Complexity in structure-directed prebiotic chemistry. Effect of a defective competing reactant in tetrapyrrole formation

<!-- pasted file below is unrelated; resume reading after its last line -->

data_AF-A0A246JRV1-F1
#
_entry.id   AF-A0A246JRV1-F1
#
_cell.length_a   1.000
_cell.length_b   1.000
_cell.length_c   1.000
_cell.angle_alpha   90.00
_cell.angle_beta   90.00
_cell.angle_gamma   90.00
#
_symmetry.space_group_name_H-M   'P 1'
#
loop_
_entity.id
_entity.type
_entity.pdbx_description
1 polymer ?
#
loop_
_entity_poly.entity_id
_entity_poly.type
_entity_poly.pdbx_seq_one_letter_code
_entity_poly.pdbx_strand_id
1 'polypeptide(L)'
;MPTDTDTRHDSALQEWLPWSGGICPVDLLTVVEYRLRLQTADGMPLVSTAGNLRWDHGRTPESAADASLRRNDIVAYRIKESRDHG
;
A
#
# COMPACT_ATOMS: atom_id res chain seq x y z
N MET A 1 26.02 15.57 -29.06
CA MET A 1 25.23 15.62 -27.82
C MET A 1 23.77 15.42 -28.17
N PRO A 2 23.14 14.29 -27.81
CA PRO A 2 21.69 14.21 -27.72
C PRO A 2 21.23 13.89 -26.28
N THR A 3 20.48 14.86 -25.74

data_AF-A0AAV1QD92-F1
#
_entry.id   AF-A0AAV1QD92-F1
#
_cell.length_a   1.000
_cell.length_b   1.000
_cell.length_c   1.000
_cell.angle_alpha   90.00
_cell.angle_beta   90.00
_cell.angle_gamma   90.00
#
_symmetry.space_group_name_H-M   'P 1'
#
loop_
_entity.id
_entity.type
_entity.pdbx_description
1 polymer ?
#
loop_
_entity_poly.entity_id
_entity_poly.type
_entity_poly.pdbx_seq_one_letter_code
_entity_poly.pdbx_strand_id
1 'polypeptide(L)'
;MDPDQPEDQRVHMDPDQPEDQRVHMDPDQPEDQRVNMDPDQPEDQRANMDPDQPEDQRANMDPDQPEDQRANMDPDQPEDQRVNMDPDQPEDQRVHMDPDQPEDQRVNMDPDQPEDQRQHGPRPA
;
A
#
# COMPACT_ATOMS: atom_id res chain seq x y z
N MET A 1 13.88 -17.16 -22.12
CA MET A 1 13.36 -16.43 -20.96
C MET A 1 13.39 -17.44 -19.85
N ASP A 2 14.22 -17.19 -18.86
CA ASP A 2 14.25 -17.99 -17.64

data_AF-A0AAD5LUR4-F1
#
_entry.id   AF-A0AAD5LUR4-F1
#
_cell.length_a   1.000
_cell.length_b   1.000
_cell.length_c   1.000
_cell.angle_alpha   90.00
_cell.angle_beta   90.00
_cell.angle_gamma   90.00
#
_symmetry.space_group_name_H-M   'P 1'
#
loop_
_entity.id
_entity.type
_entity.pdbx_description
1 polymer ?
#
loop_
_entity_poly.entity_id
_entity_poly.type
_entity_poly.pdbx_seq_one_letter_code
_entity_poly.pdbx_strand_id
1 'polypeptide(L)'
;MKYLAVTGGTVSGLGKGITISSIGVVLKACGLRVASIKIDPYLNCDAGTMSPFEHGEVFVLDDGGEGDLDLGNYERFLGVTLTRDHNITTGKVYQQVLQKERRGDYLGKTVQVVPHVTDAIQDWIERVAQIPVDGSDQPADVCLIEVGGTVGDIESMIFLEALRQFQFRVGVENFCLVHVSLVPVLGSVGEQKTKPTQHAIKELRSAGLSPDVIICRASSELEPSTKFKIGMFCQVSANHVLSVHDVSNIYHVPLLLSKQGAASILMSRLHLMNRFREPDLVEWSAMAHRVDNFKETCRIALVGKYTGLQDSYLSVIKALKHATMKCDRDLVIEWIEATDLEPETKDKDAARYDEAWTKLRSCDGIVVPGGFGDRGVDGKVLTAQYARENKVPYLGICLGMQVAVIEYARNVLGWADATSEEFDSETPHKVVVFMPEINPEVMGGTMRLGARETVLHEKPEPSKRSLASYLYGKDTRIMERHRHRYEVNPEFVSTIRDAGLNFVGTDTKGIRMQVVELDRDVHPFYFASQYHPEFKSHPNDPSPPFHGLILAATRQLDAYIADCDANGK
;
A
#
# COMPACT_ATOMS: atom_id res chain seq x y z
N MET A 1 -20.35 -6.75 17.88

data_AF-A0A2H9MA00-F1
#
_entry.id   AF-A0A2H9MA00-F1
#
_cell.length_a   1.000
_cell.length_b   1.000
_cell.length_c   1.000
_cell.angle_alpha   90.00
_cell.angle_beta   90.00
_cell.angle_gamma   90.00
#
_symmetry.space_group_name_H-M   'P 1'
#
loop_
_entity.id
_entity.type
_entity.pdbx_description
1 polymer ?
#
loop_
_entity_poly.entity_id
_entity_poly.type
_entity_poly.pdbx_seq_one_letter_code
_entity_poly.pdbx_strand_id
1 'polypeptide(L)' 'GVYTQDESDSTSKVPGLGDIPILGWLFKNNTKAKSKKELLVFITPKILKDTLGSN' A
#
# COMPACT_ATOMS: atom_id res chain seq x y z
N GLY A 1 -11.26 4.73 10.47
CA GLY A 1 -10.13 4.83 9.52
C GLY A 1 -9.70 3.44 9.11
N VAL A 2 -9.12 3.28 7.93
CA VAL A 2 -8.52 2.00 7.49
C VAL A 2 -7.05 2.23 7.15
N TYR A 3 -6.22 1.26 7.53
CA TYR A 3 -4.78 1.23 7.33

Chemical reactions in prebiotic environments likely entailed complex combinatorial processes with mixtures of reactants. As a case study, the effect of a defective reactant has been examined in a chemical model for the prebiogenesis of tetrapyrrole macrocycles (uroporphyrins). The latter are formed by a multistep process that includes (1) condensation of a β-diketone and an α-aminoketone to form a pyrrole, (2) self-condensation of the pyrrole to form a bilane (tetrapyrromethane), (3) cyclization of the bilane to form a porphyrinogen, and (4) oxidation of the porphyrinogen to form the porphyrin. A defective β-diketone (acetylacetone) affords a pyrrole that can react with nascent oligopyrromethane chains and in so doing terminate chain growth. Quantitative studies show that the porphyrin yield decreases with the fourth power of the mole fraction of the non-defective reactant. Mass spectral examination of the reaction mixture revealed the presence of the pyrrole and of end-capped oligomers derived from the defective diketone. Taken together, the results show the poisoning effect of a small amount of defective reactant in repetitive, irreversible structure-directed reactions, which have been a mainstay in thinking about chemistry leading to the origin of life.